Within days, however, American cruise missiles were launched against Gaddafy’s compounds with the obvious intention of killing him and thus deciding the issue in favor of the rebels. The objective of removing him from power, once openly acknowledged, soon became non-negotiable. “Would this be an example of a President misleading the nation into an (illegal) war?  Or did the goal of the war radically change oh-so-unexpectedly a mere few weeks after it began?”  wondered Glenn Greenwald in on June 25. “Everyone can make up their own mind about which is more likely.”

Many members of Congress did just that on June 24 by rejecting the poisoned chalice in the form of a misnamed “de-funding” bill. In fact that bill would have stopped spending for some war purposes, but explicitly authorized it for others.  That is why dozens of anti-Libya-war members in both parties voted against the “de-funding” bill. Had it passed, the White House legal alchemists would have used it to claim that the Congressional approval of some funds for the Libyan operation was tantamount to its effective authorization of the war itself. As Greenwald points out, the outcome was no victory for Obama:

After all, the Clinton administration—after the House failed in 1999 to authorize bombing for the Kosovo war—continued the bombing anyway by claiming the House had ‘implicitly’ authorized that war by appropriating some funds for it, and Obama White House lawyers would have almost certainly made the same exploitative claim here.  As Ron Paul—echoing the spokesperson for House progressives—said in explaining his NO vote on ‘de-funding’, the bill “masquerades as a limitation of funds for the president’s war on Libya but is in fact an authorization for that very war… instead of ending the war against Libya, this bill would legalize nearly everything the President is currently doing there.”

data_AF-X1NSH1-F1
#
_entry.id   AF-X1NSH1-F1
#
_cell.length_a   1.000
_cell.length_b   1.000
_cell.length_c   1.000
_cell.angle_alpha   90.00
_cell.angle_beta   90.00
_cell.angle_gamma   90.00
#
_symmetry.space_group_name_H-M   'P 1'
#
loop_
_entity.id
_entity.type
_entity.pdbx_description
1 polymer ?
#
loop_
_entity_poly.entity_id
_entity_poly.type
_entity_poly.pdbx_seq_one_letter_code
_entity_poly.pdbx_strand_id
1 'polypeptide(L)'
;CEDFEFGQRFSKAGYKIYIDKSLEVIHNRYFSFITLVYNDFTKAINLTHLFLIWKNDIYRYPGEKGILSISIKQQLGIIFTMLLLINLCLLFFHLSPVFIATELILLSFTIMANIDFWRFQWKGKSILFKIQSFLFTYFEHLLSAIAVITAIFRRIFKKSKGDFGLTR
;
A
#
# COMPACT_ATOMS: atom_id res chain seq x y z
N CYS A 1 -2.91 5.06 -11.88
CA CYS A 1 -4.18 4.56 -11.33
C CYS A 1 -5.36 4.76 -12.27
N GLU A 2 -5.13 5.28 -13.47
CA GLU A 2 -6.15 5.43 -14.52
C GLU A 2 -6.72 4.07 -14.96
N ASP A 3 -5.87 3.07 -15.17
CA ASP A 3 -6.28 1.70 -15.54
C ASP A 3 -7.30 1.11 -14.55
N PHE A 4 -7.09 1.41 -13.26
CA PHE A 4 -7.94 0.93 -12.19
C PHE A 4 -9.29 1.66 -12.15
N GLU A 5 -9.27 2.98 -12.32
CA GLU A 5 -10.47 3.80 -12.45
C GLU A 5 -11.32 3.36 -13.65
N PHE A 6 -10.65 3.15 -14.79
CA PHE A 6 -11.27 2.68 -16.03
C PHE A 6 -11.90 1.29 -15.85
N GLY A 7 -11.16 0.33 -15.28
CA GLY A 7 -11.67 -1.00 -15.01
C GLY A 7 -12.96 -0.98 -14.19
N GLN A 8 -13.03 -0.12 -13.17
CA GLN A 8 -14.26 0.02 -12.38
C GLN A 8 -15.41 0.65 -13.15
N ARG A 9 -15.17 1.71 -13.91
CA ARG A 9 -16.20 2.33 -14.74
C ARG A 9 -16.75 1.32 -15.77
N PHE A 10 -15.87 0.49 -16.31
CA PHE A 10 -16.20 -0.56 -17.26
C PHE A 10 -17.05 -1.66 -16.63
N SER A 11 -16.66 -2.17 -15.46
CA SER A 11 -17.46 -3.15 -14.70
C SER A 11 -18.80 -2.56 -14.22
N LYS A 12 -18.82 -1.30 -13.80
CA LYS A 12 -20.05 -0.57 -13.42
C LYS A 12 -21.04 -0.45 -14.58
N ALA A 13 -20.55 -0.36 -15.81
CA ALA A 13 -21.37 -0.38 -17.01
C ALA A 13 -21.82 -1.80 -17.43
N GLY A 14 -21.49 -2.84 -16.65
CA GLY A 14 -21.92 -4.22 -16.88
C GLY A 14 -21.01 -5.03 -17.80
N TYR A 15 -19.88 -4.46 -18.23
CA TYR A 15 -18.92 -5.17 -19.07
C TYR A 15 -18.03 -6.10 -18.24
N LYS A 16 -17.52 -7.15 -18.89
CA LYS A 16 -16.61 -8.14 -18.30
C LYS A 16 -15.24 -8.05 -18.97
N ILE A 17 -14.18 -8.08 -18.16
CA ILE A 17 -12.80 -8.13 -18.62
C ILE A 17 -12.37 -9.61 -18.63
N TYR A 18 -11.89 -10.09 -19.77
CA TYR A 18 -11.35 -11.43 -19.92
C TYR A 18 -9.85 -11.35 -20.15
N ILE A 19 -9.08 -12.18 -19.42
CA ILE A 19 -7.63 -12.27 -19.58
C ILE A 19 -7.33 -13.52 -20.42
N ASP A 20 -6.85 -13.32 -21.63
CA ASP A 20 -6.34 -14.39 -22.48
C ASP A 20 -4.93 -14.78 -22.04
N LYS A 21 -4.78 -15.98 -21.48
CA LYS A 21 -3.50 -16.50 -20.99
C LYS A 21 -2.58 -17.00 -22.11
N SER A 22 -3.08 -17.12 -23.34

A particularly galling reason for what the President is doing there was cited by the outgoing Defense Secretary Robert Gates: intervention in Libya “was considered a vital interest by some of our closest allies… that have come to our support and assistance in Afghanistan.” In other words, America was obliged to attack Libya not because that country threatened U.S. security but because the politicians in Paris and London decided that it would be a good idea—and America owed them one for helping out in Kandahar. By the same token, the U.S. Air Force should be on standby whenever one or another American ally from the Coalition_of_the_Willing is in need of some aerial firepower.

On balance, the most harmful consequence of our “engagement” with Libya, from the standpoint of the American interest, is the brazen manner Obama and his legal team have deployed in evading the strictures of the War Powers Resolution of 1973. The White House claims not only that U.S. action in Libya is made legitimate by the United Nations, but that such UN authorization per se makes Congressional approval unnecessary. This is some light years from candidate Obama declaring, in 2008, that “the President does not have power under the Constitution to unilaterally authorize a military attack in a situation that does not involve stopping an actual or imminent threat to the nation.”

The claim that a war involving the United States can be “legitimated” by a multinational agency—the UN, or NATO, or the Arab League—is legally absurd. It is also immoral and potentially treasonous. It opens the way to any number of future “engagements” which bear no relevance to American interests, security, or welfare.